This cross-sectional exploratory study involved health care workers of various skill types and levels. We tested the hypothesis that the prevalence of diseases, sleep complaints, and insufficient time for nonprofessional activities (family, leisure, and rest) are higher among night than day workers. Data collection was carried out in two public hospitals using questionnaires and other forms. Night work was explored as a risk factor, considering a night worker as one who had at least one night job on the occasion of the research. Data were assessed by a univariate analysis. The association between work schedule and the dependent variables--health conditions, sleep complaints, and insufficient time for nonprofessional activities--was evaluated through the estimation of the prevalence ratio, with a confidence interval of 95%. Two hundred and fifty-eight female nursing personnel participated; 41.5% were moonlighters, and only 20 worked a shift of less than 12h in length. Reports of migraine and need of medical care the 2 weeks before the survey were more prevalent among day than night workers (PR=0.71; CI=0.55-0.92 and PR=0.71; CI=0.52-0.95, respectively). Migraine headaches occurred less frequently among night than day workers as confirmed by comparing the reports of the night workers and day workers whose work history was always day shifts (PR = 0.74; CI = 0.57-0.96). Reports of mild emotional disorders (mild depression, tension, anxiety, or insomnia) were less frequent among night (PR=0.76; CI=0.59-0.98) and ex-night workers (PR=0.68; CI=0.50-0.91) than day workers who never had worked a night job. The healthy worker effect does not seem to explain the results of the comparisons between day and night workers. The possible role of exposure by day workers to some risk factors, such as stress, was suggested as an explanation for these results. No significant difference was observed between night and day workers as to sleep complaints, a result that may have been influenced by the nature of the shift-work schedule (no successive night shifts) and possibly nap taking during the night shift. Moreover, the long work hours and moonlighting of the healthcare workers, which is common in Brazil, may have masked other possible differences between the day and night workers. Among night workers, a significant relation was found between years working nights (more than 10 yrs) and high cholesterol values (PR = 2.58; CI = 1.07-6.27), a result that deserves additional study. Working nights more than four times per 2-week span was related to complaints about insufficient time for children (PR= 1.96; CI = 1.38-2.78) and rest/leisure (PR= 1.54; CI = 1.20-1.99). These results can be related to the "social value of time," as evenings and nights are when families usually spend time together. The complexity of the professional life and the consequent heterogeneity of the group of workers under shift-work schemes confound the results. More in-depth study of the questions raised here demands a more sophisticated epidemiological treatment an...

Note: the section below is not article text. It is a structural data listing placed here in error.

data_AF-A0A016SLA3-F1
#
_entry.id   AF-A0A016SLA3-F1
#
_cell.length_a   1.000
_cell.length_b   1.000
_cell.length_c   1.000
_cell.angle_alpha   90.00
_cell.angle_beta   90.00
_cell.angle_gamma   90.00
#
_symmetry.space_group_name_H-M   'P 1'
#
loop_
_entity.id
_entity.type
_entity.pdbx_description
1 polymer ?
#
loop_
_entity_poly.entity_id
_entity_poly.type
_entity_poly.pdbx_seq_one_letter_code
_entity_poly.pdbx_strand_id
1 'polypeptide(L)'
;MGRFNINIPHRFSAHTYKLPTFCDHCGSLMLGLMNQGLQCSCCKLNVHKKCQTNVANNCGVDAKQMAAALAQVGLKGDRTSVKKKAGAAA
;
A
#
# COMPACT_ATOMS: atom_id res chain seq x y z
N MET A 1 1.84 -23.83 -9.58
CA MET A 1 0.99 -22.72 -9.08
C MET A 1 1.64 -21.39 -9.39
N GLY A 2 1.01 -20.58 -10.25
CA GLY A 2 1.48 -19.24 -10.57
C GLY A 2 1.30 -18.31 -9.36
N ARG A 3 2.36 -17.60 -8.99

A significant increase in the incidence of male infertility has been described in the international literature, raising questions about its causes. Part of this effect may result from synthetic toxic substances acting on the endocrine system (endocrine disruptors), many of which are routinely used in work processes. We provide a critical review of the specialized literature on work-related chemical substances capable of causing male infertility. Pesticides such as DDT, linuron, and others, heavy metals like mercury, lead, cadmium, and copper, and substances from various industrial uses and residues such as dioxins, polychlorinated biphenyls (PCBs), ethylene dibromide (EDB), phthalates, polyvinyl chloride (PVC), and ethanol are among the main endocrine disruptors that can cause male infertility. Based on the literature, gonadal dysfunction and congenital malformation are the main alterations caused by these substances in the male reproductive system. We conclude that despite the relative lack of studies on this issue, the relevance of such risk calls for further studies as well as measures to prevent workers' exposure to the various substances.